Our last video tutorial showed you how to blend two images using a gradient mask and adjustment layer in Photoshop. Although the technique works well for some images, it isn't ideal in every situation. We use the gradient technique when we want to reduce the brightness of the sky in an image with a relatively straight horizon line. In today's video tutorial, we're going to show you how to use the color selection tool instead. This tool allows you to select a region of the image based upon its color. Once again, the technique won't work for every image - but it's a great tool to know about. We'll start with two bracketed images layered one on top of the other - one processed for the highlights, and the other for the shadows...

For more articles and tutorials, click here.

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Friday, October 2, 2009

Learning to See: Unique Perspective

In our first two posts on learning to see creatively, we talked about shooting in less-than-perfect lighting conditions, and using creative compositions. This third post will focus on shooting from a unique perceptive. Explore the location from every angle, and look through your camera's viewfinder to try a variety of different compositions. Get the attention of the viewer by doing something something different or unexpected - why not shoot from inside a cave or behind a waterfall rather than choosing the same spot every other photographer has shot from?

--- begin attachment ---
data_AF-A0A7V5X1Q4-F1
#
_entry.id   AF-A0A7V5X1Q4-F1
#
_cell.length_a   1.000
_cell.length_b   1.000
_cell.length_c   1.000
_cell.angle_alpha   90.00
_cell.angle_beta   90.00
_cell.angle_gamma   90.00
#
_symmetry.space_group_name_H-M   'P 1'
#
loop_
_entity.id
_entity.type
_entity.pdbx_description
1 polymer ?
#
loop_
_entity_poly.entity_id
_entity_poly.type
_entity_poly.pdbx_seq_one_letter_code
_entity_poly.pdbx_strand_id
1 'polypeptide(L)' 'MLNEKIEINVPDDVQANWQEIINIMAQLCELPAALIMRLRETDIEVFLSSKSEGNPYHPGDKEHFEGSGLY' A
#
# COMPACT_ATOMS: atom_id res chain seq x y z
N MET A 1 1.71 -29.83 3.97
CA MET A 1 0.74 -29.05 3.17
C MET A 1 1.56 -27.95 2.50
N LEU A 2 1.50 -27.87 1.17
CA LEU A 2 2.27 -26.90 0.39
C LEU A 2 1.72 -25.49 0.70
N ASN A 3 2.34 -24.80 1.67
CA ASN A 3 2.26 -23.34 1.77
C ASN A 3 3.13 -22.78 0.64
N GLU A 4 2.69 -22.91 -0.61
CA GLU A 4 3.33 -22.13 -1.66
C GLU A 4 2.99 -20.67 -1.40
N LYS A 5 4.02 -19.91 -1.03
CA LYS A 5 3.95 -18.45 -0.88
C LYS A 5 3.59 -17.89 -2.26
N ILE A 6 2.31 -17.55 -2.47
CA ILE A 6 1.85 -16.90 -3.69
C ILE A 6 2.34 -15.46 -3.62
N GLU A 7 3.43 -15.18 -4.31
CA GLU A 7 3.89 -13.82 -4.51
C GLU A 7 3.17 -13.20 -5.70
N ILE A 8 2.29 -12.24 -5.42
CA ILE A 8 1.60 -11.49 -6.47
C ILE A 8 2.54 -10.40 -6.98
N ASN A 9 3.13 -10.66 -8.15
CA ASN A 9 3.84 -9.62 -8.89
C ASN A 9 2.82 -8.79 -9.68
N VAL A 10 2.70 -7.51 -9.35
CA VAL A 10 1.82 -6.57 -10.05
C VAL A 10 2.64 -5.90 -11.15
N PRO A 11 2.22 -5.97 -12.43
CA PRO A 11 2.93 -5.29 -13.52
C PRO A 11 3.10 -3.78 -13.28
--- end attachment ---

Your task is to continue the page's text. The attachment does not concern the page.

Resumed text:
During our visit to Kootenay National Park in Canada, we visited a burnt forest. The day was hot and humid - and we were there in the middle of the afternoon. Although Jay's primary goal was to shoot wildflowers growing in the region, he wanted to capture the remains of the forest fire as well. At first, he tried typical shots of trails and burnt trees, but nothing really impressed him. As he prepared to leave, he looked up at the clouds and realized he wasn’t thinking creatively. He took this shot of dead trees towering overhead with his camera pointed straight up towards a languid sky.

We visited Antelope Canyon in May - hoping to capture the sunbeams for which the slot canyon is famous. The sun was high in the sky, and we threw handfuls of sand into the air to catch the light as it streamed through gaps in the overhanging canyon walls. The bizzare twists and turns of the canyon walls made the location seem almost surreal - and Varina tilted the camera to make the most of an unusual composition.

Like most visitors, when Jay visited Dry Tortugas, he was instantly drawn to the colors and textures of this beautiful location. When he saw the old but majestic Red Fort surrounded by shallow turquoise waters, he made up his mind to shoot the location from the sky. The next day, he chartered an over-wing airplane and flew to Dry Tortugas just as dawn was breaking on the horizon. He took this photograph from high above the beautiful park.

Tips for Unique Perspective

  • Get down close to the ground and look straight up at the sky to capture the scene from an unusual angle.
  • Shoot from the air to capture a bird's-eye view.
  • Tilt your camera and use unusual angles to create an abstract photograph.
  • Shoot from inside, under, or behind objects to add an element of surprise to your images